2. Oh, uh, my WWII false information detector is clicking away, and locates some suspicious events here. Italian Army soldiers were not the good guys, the allies. Oh, no, they helped Mussolini deport Jews from the Italian ghettoes. As soon as the historical accuracy is cleaned up, I’ll read it. Otherwise, it’s Camilleri, Leon and Carofiglio for me. And maybe some Sciascia thorwn in. All good.

  3. I agree it is ridiculous to portray the Italian Army as a brave fighter against Nazism, or a brave fighter against anything. The horrific losses Italy suffered in the Great War probably killed the best young officers, and many men who might have stood against fascism in the early 1920s.
    But incredibly there were some Italian navy war heroes in WWII, not many I agree. In a raid on Alexandria in 1941 Italian navy frogmen using manned torpedoes managed to sink two British WW I vintage battleships.
    Secondly, Italy had changed sides and imprisoned Mussolini in September 1943, before the fall of Rome on 5 June 1944.
    When Mussolini was rescued by German paratroopers he was set up in a puppet state in Northern Italy, informally known as the Republic of Salo. Italians then fought on both sides, and many Italian soldiers interned and shipped off to Germany died in concentration camps, or were massacred by the Nazis as in the book Captain Corelli’s Mandolin.

  4. It could have been the author’s intention to make these two “heroes” partisans, I suppose, as there were some of those during the Mussolini years, but you would never gather that from the book – if you knew nothing about WW2 you would assume that the Italians were on our side….and loyal fighters of Hitler and Nazism. But thanks for your correction on my memory of when the Italians changed sides, Norman (not “my actual” memory but “my memory of hearing/reading about it”). Funny story about the Italian Navy torpedoes. As my Dad was in the Navy (the real one, ie the British Navy) during WW2 the Italian version always was the cause of great mirth in our house when I was growing up, if it was ever in the news for any reason.

  5. Maxine those few frogmen were probably the only competent members of the Italian navy.
    I can imagine your Dad laughing at the Italians.
    There was a cartoon in Punch in 1940 that showed an elderly Italian general running away from the British in the North African desert, as he sprinted past a young soldier also running away he shouted ‘You young men lack the speed of us old Caporetto veterans’. Caporetto was another Italian military disaster in the First World War, when the Germans broke through their front with ease and sent them scuttling back to the River Piave.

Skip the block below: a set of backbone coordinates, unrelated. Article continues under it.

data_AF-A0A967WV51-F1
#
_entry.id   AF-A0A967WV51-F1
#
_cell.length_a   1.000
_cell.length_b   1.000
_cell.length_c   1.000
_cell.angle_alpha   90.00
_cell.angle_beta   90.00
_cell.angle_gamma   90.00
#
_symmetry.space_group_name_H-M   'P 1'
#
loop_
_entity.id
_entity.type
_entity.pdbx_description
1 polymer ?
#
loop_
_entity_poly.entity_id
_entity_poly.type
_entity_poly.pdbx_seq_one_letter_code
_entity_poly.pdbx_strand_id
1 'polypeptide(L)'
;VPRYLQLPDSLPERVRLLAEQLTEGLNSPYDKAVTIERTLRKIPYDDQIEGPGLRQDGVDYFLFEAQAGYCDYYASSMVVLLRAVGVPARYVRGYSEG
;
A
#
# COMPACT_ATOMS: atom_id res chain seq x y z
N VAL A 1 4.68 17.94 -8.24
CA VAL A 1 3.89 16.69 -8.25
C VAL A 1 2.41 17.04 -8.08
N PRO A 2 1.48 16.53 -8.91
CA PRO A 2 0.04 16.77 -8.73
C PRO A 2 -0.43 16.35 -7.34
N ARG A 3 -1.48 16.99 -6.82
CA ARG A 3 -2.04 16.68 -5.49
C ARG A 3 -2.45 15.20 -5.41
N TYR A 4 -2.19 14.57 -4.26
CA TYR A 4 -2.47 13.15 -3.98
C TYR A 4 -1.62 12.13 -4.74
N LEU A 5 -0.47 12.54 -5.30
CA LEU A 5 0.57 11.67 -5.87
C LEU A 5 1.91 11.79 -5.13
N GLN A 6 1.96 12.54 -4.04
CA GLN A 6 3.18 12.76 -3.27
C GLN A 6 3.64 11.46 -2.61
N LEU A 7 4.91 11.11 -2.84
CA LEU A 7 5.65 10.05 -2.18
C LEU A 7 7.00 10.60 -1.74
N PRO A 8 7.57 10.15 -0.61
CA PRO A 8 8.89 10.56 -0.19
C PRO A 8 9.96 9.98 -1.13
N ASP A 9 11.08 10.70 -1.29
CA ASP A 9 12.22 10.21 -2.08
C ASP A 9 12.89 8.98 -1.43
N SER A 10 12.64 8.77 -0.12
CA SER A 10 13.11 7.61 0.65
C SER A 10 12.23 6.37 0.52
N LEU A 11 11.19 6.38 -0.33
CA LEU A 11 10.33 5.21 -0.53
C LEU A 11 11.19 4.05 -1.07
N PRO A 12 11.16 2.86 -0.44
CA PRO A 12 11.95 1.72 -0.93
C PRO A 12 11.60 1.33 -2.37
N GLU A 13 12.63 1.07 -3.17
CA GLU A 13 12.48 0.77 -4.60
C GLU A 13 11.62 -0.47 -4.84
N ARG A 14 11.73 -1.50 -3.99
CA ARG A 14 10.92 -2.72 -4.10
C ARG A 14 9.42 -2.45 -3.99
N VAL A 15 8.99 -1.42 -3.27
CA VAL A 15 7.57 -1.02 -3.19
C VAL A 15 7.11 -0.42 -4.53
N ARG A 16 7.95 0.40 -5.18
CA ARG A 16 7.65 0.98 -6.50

Diana’s family were all in the British Navy, we traced them back to Trafalgar, until her grandfather was in Melbourne when WW I started, and switched over to the submarine force in Royal Australian Navy.

  6. Oh yes, the senior service is marvellous. I had to transfer allegiences somewhat as my sister married an RAF pilot, but I think the spirit is similar 😉 (He’s not in the RAF any more because they took away all his Nimrods.)

  7. There were definitely Italian partisans. Several of the Italian post-WWII movies show them, and the movie with Maggie Smith and Judy Dench — Tea with Mussolini, and Bertolucci’s 1900 are but a few that portray them. But many of the great post-war directors in Italy made movies about the war and showed Italian partisans.
    Also, in my travels looking for partisans, including Jewish people who had formed their own partisan brigades or joined others, I have found many in Italy. And I’ve also seen footage of interviews with Jewish partisans, who said they were treated the best by Italian villagers, farmers, than anywhere else.

    • Yes, there were Italian partisans, and partisans in every country occupied by the Nazis I think – if this book had made it clear that Bordelli and his friend had been partisans then fine, but it does not, and many young people reading this book are likely to receive a false impression of Italy’s role in WW2.

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  10. Glad for the warning. It would aggravate me now end to read a book which inaccurately portrays the Italian army as a “good” one, fighting the Nazis — when, in fact, Mussolini and his government turned over thousands of Jewish people for deportation.
    Thankfully, there were partisans all over Europe. I recently met an artist whose uncle died in the Dutch Resistance. and have read of women in the French Resistance, some of whom survived. And, knowing of Italian partisans, just gave a quick glance on the Internet only to find news of many Resistance groups in Italy. It’s good, gives one hope about humankind.